Musing 8.28.20

During my recent vacation I watched more cable news than I usually do. When I realized how monotonously repetitive my customary channel was, I flipped to others. Then I noticed how angry so many commentators were on every channel. I started to feel as if their purpose was not to keep me informed, but to keep me angry. If I was angry, I needed to keep watching to feed my anger. My anger may heighten my anxiety, but it also boosts their ratings. There is money to be made in anger. This awareness of anger is not unique to me. Many of you have commented about it. We are an angry nation. I want to share with you what some classic Christian writers have shared on anger. They write so well that I have decided to quote them rather than plagiarize them. I wouldn’t want to make them angry.

Frederick Buechner in Wishful Thinking: Of the Seven Deadly Sins, anger is possibly the most fun. To lick your wounds, to smack your lips over grievances long past, to roll over your tongue the prospect of bitter confrontations still to come, to savor to the last toothsome morsel both the pain you are given and the pain you are giving back – in many ways it is a feast fit for king. The chief drawback is that what you are wolfing down is yourself. The skeleton at the feast is you (page 2).

Dorothy Sayers in The Whimsical Christian: That is not to say that scandals should not be exposed or that no anger is justified. But you may know the mischief-maker by the warped malignancy of his language as easily as by the warped malignancy of his face and voice. His fury is without restraint and without magnanimity – and it is aimed, not at checking the offense, but at starting a pogrom against the offender. The mischief-maker would rather the evil were not cured at all than that it were cured quietly and without violence. His evil lust of wrath cannot be sated unless somebody is hounded down, beaten, and trampled on, and a savage war dance executed upon the body….[anger] is likely to stagger to its own opposite, the equally fatal sin of sloth or [apathy] (pp. 161-2).

C.S Lewis in The Quotable Lewis: I suppose that when one hears a tale of hideous cruelty anger is quite the wrong reaction, and merely wastes the energy that ought to go in a different direction: perhaps merely dulls the conscience which, if it were awake, would ask us “Well? What are you doing about it? How much of your life have you spent in really combatting this? In helping to produce social conditions in which these sort of things will not occur!?” (page 47).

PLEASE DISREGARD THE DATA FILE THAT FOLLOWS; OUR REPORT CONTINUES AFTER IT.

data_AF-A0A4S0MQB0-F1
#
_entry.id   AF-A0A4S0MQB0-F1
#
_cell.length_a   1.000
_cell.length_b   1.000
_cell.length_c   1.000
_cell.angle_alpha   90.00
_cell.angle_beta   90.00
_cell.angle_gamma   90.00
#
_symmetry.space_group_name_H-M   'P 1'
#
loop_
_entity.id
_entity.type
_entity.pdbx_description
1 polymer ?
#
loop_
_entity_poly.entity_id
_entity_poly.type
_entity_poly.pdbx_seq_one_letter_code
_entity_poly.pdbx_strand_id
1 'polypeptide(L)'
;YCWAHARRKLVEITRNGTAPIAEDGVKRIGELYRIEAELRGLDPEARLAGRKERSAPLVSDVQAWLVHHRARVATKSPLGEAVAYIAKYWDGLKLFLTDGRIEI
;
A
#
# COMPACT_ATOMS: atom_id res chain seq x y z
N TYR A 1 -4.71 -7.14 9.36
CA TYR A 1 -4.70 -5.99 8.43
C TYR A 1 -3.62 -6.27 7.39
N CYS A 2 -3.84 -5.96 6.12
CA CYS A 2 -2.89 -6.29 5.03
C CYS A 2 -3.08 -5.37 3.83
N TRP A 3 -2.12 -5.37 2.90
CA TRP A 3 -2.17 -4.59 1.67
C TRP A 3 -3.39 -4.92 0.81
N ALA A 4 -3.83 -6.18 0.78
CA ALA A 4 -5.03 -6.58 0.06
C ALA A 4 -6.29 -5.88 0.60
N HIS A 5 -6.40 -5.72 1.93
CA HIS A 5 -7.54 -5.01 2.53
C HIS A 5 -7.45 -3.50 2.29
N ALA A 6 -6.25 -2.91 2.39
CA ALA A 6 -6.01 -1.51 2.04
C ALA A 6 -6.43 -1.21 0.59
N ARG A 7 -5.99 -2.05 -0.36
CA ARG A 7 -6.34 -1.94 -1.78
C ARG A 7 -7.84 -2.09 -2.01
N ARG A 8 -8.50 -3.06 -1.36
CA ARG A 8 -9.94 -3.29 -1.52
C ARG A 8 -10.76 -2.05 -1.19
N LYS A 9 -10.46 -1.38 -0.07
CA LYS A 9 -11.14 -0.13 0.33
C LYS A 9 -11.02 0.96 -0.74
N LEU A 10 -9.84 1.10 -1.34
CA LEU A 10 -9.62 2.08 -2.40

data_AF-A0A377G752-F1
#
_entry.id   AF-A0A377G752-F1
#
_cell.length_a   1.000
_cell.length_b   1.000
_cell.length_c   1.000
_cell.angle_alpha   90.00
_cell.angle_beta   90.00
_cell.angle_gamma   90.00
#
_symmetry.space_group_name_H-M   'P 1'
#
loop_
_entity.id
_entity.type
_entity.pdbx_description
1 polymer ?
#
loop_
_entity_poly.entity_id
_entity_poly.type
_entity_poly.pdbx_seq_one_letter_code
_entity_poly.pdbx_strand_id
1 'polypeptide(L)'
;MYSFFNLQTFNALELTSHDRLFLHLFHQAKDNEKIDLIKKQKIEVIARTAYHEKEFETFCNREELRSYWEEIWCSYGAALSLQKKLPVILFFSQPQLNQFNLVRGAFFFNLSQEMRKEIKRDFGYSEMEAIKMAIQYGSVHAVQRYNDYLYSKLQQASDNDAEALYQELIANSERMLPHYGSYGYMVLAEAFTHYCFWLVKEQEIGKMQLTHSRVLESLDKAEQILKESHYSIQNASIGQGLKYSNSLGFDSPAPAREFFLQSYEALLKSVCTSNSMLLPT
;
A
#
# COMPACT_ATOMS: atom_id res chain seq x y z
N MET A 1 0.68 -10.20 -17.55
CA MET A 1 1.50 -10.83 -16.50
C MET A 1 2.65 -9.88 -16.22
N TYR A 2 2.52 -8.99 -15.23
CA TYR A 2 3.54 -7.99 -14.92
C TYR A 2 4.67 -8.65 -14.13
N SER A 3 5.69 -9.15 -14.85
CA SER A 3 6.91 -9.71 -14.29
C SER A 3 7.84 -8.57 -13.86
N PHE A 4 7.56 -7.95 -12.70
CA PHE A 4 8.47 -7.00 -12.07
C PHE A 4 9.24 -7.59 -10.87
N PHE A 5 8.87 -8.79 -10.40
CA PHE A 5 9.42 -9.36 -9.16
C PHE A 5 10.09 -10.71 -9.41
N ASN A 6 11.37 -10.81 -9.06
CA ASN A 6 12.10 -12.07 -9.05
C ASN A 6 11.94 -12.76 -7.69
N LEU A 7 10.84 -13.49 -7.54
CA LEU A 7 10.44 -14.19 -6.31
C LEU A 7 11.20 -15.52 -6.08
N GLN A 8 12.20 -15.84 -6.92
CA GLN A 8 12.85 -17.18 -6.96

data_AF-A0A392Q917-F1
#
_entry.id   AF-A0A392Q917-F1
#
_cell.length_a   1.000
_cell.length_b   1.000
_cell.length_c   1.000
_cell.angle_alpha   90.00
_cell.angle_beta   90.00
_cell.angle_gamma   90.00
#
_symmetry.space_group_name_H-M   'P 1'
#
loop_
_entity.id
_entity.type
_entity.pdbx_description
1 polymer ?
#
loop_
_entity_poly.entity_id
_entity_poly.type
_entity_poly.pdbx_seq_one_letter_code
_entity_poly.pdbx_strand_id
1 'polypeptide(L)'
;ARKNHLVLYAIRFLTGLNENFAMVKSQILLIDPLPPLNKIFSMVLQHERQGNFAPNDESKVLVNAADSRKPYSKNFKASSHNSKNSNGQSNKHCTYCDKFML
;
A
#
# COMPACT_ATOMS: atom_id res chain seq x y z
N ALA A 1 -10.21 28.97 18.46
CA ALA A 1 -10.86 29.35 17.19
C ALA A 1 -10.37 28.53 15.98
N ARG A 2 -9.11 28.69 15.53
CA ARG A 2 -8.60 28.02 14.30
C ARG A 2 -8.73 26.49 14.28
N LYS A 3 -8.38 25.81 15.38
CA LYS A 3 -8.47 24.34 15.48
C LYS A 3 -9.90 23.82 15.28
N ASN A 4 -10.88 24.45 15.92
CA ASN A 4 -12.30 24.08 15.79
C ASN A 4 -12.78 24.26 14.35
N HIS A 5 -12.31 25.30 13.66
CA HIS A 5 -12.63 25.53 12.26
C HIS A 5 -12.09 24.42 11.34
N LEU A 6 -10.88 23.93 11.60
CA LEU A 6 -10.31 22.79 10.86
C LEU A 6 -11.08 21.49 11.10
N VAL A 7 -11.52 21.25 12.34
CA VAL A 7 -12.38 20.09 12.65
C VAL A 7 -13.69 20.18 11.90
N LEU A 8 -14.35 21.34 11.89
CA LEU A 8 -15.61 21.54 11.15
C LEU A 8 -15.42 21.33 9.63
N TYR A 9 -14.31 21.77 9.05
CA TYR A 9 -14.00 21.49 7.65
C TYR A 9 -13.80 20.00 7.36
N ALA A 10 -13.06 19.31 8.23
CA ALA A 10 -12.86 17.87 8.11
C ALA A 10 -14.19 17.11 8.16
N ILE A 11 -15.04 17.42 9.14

Paul in Ephesians 4:26-27 Be angry but do not sin; do not let the sun go down on your anger and give no opportunity for the devil.

John Keeny, 8.28.2020 Musing. Apparently, there is room for anger. First, denying our feelings of anger is unhealthy. Angry behavior is usually questionable, but angry feelings are valid. We cannot deny them. The issue is how do we express our anger

Second, there are things about which we should be angry. We ought not tolerate the intolerable. This is what Jesus’ anger in the Temple was about. He could not tolerate God’s house being misused for profit and mistreatment of the other (John 2:13-22). There is much about which we should be angry. We know that. If we are not angry at injustice and inequity, our consciences are our numb or dead. Anger is a sign of our moral and spiritual health.

Be angry but do not sin; do not let the sun go down on your anger and give no opportunity for the devil. Sin is fundamentally separation – from myself, from my neighbor, and from God. Sin pushes the other away and divides. This is why injustice is sinful. Where anger is a sinful is that it separates and divides. Where anger is righteous is where it sees the separation and division and is motivated to heal the breach. Anger over the sin of separation can either increase the divide or lessen it. I wrestled with omitting the line about the devil. If you are more comfortable with “evil,” that is fine. The point is, when our anger separates and dehumanizes, it is of the devil, or evil. When our anger humanizes and unites, it is of God.

And then “do not let the sun go down on your anger.” Certainly, don’t let your anger destroy you. Don’t nurture it. But I think it is also related to the C.S. Lewis quotation, “Act on it.” Don’t delay. Don’t put it off. Do something constructive. If the voting situation bothers you, do something. If abuse of the earth is intolerable, do something. You get the point.

Be angry but do not sin. Great words for this time.

Hope you are safe and well.